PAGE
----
Thanks from a Tamworth couple

THANKS AND BE WARNED: Stuart and Marion Andrews, among the ashes of their shed and carport, have thanked firefighters and neighbours and warned others to avoid their mistakes. Photo: Geoff O Neill 280814GOB02

THANKS AND BE WARNED: Stuart and Marion Andrews, among the ashes of their shed and carport, have thanked firefighters and neighbours and warned others to avoid their mistakes. Photo: Geoff O Neill 280814GOB02

A TAMWORTH couple have thanked those who put out their house fire and have a warning for others.

Stuart and Marion Andrews' shed and outdoor area caught alight on Sunday, August 10 while they weren't home, with their house saved by neighbours and NSW Fire and Rescue firefighters.

Reverend Andrews is the minister at St Stephen's, but on this Sunday they went to Scots Moonbi, so they were in more of a hurry than usual.

Mrs Andrews said she took ashes from the stove outside that morning and let them stand before emptying them, but because they were in a hurry, Reverend Andrews wanted to get an early start on the chores and saw only grey ashes, so he emptied them into the garden behind the shed.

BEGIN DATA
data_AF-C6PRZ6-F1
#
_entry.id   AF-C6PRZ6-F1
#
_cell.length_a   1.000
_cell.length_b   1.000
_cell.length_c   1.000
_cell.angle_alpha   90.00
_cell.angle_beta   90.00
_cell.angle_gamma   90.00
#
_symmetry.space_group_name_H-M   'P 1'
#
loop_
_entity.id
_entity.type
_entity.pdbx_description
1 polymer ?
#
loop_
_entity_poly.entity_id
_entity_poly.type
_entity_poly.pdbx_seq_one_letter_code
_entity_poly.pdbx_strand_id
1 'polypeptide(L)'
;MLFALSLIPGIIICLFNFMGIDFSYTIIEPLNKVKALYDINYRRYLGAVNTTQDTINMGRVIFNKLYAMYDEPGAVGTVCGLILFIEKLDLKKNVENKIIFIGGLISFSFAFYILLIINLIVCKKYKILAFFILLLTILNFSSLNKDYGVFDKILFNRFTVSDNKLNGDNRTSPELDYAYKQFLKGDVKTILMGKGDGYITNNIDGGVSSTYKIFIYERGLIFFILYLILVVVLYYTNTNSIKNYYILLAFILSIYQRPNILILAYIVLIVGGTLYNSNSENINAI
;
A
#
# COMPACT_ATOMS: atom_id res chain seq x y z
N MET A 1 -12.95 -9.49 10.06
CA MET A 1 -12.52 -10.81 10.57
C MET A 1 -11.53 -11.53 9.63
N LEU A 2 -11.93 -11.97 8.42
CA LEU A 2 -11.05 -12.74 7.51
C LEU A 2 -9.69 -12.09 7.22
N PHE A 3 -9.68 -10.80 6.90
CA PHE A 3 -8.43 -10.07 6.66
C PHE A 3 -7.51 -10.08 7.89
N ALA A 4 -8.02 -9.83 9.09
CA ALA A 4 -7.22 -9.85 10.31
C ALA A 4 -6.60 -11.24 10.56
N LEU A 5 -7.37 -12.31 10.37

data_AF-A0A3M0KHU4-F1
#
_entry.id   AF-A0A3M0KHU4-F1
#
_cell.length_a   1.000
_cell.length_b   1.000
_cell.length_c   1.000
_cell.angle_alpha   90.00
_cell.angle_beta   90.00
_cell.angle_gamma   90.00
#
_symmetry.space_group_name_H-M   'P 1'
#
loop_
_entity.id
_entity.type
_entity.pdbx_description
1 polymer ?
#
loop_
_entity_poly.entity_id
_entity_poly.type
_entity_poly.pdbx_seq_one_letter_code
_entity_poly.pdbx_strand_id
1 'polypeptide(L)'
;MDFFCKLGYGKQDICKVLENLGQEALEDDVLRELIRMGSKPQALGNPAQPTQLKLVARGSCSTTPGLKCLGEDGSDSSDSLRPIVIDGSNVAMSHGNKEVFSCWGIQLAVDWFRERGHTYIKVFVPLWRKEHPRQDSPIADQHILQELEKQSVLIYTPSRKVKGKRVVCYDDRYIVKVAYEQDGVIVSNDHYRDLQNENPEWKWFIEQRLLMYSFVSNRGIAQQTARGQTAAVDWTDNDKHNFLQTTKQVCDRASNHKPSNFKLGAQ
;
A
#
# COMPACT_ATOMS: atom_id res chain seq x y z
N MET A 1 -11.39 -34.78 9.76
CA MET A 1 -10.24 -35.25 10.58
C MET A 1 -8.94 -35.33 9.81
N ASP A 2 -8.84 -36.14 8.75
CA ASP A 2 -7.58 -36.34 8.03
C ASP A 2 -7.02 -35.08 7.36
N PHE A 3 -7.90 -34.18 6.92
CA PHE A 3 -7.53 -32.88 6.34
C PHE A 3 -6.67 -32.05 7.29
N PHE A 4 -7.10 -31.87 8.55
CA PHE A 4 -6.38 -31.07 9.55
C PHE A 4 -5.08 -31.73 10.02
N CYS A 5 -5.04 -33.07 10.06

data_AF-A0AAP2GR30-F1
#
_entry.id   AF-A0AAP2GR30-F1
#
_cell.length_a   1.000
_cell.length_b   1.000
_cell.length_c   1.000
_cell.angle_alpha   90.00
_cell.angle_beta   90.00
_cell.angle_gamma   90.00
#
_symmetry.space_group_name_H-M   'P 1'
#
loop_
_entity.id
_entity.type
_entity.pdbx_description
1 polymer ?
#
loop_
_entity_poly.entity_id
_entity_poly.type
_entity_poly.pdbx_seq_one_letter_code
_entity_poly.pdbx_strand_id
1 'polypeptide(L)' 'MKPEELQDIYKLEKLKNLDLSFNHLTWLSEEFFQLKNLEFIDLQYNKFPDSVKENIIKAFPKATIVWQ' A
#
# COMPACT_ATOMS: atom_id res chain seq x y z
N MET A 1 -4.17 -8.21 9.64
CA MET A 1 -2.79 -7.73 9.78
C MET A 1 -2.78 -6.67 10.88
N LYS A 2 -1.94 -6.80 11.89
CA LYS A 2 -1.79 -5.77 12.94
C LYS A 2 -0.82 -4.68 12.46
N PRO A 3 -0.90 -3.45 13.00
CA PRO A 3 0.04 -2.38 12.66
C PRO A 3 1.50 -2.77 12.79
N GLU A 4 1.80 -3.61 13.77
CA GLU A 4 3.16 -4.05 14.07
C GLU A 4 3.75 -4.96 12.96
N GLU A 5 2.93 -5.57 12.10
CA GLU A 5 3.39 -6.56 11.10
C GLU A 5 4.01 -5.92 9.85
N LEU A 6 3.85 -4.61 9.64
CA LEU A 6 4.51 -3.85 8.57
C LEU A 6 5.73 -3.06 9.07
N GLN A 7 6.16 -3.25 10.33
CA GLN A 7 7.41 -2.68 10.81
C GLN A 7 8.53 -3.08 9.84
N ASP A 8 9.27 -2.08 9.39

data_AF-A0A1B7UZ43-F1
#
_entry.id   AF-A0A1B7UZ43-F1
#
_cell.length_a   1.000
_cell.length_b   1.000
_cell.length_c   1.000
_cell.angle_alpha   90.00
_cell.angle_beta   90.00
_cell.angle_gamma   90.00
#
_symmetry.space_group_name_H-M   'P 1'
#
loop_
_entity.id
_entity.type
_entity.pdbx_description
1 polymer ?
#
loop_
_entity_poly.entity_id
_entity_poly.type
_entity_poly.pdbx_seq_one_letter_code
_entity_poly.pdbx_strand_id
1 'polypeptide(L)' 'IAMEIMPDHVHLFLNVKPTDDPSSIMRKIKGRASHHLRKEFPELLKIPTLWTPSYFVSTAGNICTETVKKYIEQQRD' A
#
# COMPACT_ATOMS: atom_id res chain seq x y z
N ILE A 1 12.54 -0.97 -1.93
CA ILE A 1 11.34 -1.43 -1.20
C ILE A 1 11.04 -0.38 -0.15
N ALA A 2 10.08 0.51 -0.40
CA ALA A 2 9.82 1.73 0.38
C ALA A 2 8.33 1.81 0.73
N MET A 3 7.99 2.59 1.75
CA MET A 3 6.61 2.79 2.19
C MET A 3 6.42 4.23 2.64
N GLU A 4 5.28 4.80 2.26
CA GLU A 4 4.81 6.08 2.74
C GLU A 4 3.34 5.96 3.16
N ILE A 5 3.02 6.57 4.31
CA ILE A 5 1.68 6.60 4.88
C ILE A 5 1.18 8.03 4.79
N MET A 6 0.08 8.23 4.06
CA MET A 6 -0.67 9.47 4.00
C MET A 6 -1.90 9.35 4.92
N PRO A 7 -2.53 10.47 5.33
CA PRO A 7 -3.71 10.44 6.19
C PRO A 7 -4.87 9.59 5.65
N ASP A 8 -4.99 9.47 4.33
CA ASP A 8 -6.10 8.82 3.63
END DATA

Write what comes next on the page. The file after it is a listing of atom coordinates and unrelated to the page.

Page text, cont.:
These caught alight in the dry leaves, spread to two mulch bins that caught fire and ignited the climbing rose.

Max McGee, their neighbour at the back, noticed the smoke and called NSW Fire and Rescue which promptly attended and extinguished the blaze.

Mr McGee hosed the area with a garden hose until the fire brigade arrived.

Their next door neighbour, Betty Chapman, attempted to contact the church to break the news and another neighbour, Brian Rixon, drove to Moonbi to tell them in person.

Mrs Andrews said they were thankful for many things that she had Reverend Andrews prune the banksia in previous weeks, which meant the fire did not spread to their house.

However, they lost many cherished items in the blaze. "Stuart is a handyman and woodworker and his shed provided satisfying time out from face-to-face ministry," Mrs Andrews said.

Mrs Andrews said they had also learned many lessons after the fire.

She said dry mulch was dangerous, compost should be kept wet, the climbing rose she admired was building up a fire hazard of dead leaves and twigs on the roof so beauty can be dangerous and, lastly, she said it was time to declutter.

"We are both thankful there was no loss of life and everything we want to replace, can be replaced," Mrs Andrews said.

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